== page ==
Edson and area celebrates Canada Day

July 11, 2022 issue: Crowds of people gathered in Edson on July 1 to celebrate Canada's 155th birthday. 
The celebration began at 9am with a free pancake breakfast at the Edson Legion. It then continued at 2 pm at the Edson Leisure Centre with opening ceremonies.  Live performances began shortly after and went until 11:00pm.  At the end of the evening everyone moved to RCMP Centennial Park where it all ended with the annual fireworks display at 11:15pm.  
There was no shortage of activities for both young and old attendees. The two Leisure Centre hockey arenas were bustling with people. One was set up with bouncy castles and kids activities, while the other housed the performance stage and local artisan market.  The parking lot was also full of local food trucks for all to enjoy.  The free caricature artist and henna tattoos proved to be especially popular.  Roving performers, and creative activities provided by the Edson Recycling Centre added to the fun.
The opening ceremonies began with O Canada sung by young Jayd Brown followed by a traditional blessing from Melvin John of the Kehewin Cree Nation.  Yellowhead County Mayor Wade Williams, MLA Martin Long, and Edson Mayor Kevin Zahara also gave speeches to kick off the event.  “We are so privileged to live here in Canada, with all of our freedoms and our society where we are so welcoming and caring for the world,” said Mayor Zahara during his opening speech.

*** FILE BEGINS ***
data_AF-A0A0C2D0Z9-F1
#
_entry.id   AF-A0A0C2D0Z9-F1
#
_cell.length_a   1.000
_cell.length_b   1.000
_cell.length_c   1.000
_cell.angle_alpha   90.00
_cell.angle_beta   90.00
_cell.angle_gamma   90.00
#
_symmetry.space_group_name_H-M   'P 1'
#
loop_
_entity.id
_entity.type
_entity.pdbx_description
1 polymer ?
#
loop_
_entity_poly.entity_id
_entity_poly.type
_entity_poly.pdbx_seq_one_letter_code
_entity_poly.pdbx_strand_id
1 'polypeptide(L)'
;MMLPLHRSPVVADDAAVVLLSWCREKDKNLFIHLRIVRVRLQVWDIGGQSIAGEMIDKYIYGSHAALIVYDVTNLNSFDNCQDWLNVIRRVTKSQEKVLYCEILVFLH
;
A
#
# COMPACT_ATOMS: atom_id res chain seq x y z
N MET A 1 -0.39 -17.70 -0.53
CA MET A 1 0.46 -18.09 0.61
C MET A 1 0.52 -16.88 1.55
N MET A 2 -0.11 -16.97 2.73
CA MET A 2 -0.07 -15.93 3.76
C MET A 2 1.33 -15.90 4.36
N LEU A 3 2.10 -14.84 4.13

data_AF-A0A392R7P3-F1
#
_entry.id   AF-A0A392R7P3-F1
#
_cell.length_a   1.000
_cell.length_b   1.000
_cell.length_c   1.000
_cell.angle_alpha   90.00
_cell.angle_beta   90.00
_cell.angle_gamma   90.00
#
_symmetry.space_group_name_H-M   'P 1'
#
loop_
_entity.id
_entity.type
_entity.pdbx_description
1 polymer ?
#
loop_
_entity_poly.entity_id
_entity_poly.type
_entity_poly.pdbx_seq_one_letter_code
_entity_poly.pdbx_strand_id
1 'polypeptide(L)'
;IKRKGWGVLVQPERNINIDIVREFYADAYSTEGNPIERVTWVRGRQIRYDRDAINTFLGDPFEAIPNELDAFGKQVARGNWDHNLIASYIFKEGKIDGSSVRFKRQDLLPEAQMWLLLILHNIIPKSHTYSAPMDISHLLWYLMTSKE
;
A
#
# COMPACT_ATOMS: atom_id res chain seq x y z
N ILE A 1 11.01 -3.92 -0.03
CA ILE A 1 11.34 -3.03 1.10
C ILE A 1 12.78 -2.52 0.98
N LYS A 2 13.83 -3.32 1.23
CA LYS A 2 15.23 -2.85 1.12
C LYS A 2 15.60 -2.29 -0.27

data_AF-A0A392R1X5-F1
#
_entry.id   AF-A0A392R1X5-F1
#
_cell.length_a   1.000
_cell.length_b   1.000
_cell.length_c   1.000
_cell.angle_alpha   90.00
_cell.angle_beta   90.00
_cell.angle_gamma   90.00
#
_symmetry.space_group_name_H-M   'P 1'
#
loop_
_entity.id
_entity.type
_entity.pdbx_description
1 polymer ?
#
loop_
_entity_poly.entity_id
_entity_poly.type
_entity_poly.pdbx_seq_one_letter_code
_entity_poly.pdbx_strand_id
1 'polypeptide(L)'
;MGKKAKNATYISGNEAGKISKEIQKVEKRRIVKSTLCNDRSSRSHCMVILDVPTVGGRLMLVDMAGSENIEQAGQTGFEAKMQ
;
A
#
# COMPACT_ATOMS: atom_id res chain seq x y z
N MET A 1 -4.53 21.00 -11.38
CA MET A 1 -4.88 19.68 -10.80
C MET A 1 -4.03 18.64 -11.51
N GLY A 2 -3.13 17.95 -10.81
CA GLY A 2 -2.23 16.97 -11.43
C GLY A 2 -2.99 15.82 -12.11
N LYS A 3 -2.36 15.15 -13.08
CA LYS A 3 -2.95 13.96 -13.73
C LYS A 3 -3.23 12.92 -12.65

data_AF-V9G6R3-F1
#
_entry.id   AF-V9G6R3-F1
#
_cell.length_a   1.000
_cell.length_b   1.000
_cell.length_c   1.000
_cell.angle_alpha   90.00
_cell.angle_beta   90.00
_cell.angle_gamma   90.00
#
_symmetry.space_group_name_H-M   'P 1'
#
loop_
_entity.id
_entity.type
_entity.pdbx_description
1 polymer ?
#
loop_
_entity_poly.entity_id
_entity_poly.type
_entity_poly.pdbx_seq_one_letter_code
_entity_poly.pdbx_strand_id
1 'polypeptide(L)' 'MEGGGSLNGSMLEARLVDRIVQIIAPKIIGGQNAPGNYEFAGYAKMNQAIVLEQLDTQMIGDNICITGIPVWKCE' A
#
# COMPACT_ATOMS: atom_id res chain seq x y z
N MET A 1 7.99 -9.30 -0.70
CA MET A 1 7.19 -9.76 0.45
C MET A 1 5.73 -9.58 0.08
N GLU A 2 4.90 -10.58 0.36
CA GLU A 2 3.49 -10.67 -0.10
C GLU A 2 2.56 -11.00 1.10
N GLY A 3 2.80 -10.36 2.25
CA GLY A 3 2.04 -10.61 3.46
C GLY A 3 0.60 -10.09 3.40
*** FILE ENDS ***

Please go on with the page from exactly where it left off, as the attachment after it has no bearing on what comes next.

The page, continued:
Many talented performers hit the stage over the course of the day.  Audiences enjoyed the variety of performances, including circus comedian the Great Balanzo, and the Kehewin Native Dance Theatre.  The highlight of the day was the evening concert featuring award winning country artist Drew Gregory. 
Like other years, the event was originally planned to take place in the RCMP Centennial Park. However, the choice was made to move to the Leisure Centre to avoid potential rain. 

Mayor’s Inaugural Charity Golf Tournament

by Niki Luymes